Simply put, Cain was selfish. It’s no wonder that one of the first vignettes of beginning times deals with selfishness.
Selfishness is the hinge that opens the door to sin.
We need look no farther than our own selves to see clearly that at the root of sin is selfishness.
Cain and Abel brought gifts to God. Hebrews 11:4 tells us that Abel brought his in faith and Cain did not. When God looks deep within to my motivation of why I do what I do, why I live the way I live, does He see a heart of faith that seeks Him, one that depends on Him, one that is grateful to Him—or does He see selfishness, selfishness that’s seeking what I want, a focus on me?
When God looked favorably on Abel and not on Cain, Cain was angry, very angry, and it showed on his face. Cain was mad at God, but he did not act out toward God. So often, anger toward God is denied and retaliation is directed toward a brother, a good brother.
Knowing Cain’s anger toward Himself, knowing Cain would focus that anger on Abel, God sought out Cain and He said, “Why are you angry? Why is your face downcast? If you do what is right, will you not be accepted? But if you do not do what is right, sin is crouching at your door; it desires to have you, but you must master it.”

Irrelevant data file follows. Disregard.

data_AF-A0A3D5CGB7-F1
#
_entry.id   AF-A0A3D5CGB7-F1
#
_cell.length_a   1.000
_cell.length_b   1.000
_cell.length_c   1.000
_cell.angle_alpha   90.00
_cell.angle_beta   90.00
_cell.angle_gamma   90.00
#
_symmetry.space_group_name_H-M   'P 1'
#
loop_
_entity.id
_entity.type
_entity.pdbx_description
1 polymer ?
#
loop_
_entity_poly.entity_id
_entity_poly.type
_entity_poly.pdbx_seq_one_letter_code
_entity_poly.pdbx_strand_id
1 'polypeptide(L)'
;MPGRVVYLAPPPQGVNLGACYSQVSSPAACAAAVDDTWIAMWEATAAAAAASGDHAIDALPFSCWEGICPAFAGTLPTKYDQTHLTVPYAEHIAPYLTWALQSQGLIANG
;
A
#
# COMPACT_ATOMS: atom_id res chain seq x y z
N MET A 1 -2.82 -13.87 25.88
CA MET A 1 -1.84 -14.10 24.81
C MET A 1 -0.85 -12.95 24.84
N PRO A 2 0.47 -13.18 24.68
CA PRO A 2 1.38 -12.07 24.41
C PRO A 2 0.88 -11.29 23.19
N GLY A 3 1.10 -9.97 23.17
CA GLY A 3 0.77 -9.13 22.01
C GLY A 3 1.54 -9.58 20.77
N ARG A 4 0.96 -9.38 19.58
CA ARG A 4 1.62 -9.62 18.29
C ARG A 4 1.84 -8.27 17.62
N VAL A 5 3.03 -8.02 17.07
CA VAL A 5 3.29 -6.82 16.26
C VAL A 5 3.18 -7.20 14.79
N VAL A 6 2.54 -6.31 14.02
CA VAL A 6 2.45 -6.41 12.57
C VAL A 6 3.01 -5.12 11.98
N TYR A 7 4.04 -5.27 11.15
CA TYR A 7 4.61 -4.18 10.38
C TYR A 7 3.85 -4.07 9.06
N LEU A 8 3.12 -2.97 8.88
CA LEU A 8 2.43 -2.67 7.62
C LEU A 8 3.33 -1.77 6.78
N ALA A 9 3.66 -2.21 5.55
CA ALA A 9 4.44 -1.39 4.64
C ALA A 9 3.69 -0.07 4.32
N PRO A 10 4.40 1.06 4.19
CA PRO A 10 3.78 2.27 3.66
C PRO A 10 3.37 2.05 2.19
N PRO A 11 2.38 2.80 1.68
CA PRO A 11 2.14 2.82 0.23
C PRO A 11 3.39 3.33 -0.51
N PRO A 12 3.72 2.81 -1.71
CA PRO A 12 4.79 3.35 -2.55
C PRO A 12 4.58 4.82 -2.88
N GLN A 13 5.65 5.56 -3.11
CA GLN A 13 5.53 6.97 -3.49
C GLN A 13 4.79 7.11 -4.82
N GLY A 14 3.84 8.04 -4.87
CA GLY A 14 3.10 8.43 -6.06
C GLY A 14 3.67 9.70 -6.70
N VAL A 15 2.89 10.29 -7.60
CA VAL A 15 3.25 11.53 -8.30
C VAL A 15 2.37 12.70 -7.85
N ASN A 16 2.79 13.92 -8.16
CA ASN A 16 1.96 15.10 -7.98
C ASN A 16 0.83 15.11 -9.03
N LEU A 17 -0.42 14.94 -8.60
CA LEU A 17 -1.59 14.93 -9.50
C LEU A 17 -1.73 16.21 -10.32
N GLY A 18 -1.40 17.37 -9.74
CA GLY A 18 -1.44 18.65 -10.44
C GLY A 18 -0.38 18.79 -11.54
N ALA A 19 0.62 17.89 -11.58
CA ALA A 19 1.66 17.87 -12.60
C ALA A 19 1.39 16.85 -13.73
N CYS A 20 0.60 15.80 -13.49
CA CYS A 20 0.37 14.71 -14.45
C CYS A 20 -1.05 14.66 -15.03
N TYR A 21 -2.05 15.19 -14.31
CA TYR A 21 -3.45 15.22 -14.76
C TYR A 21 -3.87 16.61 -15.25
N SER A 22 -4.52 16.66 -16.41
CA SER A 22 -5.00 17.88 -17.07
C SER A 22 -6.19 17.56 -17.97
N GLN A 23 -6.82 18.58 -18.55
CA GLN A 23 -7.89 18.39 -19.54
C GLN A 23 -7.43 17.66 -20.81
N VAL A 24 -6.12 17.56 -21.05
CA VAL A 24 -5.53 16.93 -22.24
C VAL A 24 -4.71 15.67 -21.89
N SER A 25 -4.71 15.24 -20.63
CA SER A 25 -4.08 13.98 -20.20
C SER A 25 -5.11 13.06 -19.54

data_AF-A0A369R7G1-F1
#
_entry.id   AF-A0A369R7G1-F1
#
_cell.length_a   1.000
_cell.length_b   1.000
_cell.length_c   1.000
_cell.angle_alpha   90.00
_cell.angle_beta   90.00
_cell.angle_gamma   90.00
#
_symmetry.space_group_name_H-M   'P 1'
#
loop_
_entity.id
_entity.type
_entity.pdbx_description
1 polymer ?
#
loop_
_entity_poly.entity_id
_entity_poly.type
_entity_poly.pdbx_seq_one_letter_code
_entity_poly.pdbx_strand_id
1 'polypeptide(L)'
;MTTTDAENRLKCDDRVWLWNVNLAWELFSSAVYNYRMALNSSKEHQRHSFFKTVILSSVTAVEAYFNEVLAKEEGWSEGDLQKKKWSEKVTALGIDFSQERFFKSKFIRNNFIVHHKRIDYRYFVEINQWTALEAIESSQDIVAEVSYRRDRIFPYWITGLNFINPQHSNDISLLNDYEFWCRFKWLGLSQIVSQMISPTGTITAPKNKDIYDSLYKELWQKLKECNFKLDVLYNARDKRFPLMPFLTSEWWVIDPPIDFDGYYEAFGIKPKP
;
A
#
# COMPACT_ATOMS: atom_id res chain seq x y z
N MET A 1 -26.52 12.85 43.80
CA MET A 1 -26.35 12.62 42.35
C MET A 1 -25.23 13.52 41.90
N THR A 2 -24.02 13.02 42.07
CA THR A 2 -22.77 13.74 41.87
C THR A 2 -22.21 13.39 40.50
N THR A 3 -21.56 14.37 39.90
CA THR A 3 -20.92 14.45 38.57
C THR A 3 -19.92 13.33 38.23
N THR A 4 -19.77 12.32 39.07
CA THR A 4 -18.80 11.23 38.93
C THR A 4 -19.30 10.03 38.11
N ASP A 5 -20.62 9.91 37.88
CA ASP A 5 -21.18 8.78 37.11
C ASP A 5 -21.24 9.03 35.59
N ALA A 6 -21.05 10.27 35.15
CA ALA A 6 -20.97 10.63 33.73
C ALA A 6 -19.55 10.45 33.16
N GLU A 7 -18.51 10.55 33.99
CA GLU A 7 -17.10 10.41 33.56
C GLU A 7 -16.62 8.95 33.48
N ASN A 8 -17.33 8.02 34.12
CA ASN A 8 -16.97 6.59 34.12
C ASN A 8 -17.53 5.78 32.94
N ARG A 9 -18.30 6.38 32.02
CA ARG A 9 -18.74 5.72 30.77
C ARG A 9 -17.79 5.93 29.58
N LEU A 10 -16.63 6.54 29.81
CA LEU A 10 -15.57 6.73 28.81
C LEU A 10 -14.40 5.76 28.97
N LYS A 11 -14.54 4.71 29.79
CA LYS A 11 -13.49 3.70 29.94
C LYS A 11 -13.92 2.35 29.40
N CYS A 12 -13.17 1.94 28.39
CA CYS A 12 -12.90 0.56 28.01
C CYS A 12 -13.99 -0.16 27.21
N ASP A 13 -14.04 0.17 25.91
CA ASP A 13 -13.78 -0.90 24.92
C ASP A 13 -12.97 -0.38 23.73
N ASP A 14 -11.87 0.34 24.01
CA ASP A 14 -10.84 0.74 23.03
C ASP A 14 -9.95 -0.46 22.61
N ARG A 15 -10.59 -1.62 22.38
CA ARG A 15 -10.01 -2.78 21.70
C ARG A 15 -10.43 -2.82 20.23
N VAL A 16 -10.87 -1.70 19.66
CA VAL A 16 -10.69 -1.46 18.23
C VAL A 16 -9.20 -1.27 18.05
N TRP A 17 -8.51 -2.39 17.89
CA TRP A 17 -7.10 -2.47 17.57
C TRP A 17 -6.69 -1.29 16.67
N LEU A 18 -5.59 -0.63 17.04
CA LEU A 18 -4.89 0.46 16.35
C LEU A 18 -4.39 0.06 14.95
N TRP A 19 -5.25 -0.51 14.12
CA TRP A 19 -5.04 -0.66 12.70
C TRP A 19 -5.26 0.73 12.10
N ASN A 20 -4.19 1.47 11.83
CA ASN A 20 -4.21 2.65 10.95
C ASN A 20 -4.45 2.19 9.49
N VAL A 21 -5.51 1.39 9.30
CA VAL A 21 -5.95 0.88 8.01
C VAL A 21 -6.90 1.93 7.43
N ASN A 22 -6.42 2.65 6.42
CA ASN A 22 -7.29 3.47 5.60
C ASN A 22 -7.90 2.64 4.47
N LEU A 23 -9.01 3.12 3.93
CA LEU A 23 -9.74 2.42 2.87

At the root of sin is selfishness. It’s all about me—my life, my desires, my everything.
A selfish heart is as natural to people as a baby’s first breath. How can one ever master it? These might help.
Acceptance: Sometimes we’re in a mess because of our own decisions, but sometimes it’s right where God wants us. I guess the trick is knowing the difference. If we’re where God wants us (in this job, in this marriage, in this illness), we need to be all right with that. That is faith.
Caring for others: Does every decision start with “what I should” or “what I want”? Do we live according to biblical principles or every selfish desire? To live biblically often requires some self-discipline. It’s what gets a mother up in the middle of the night and sends a dad to a job he doesn’t care for each morning. That is not easy, but it’s being faithful.
Rejoicing with others: “The grass is always greener…” And on this snowy February morning, I think it’s greener anywhere but here. Someone else’s life is always going to look better if we let ourselves go there. Be glad for someone else’s accomplishment or blessing. Trust in a sovereign God. That is faith.
God knows who we are. He knows our passions. He knows our hearts. And we must master the selfishness within, and we can only do that by faith in a faithful God.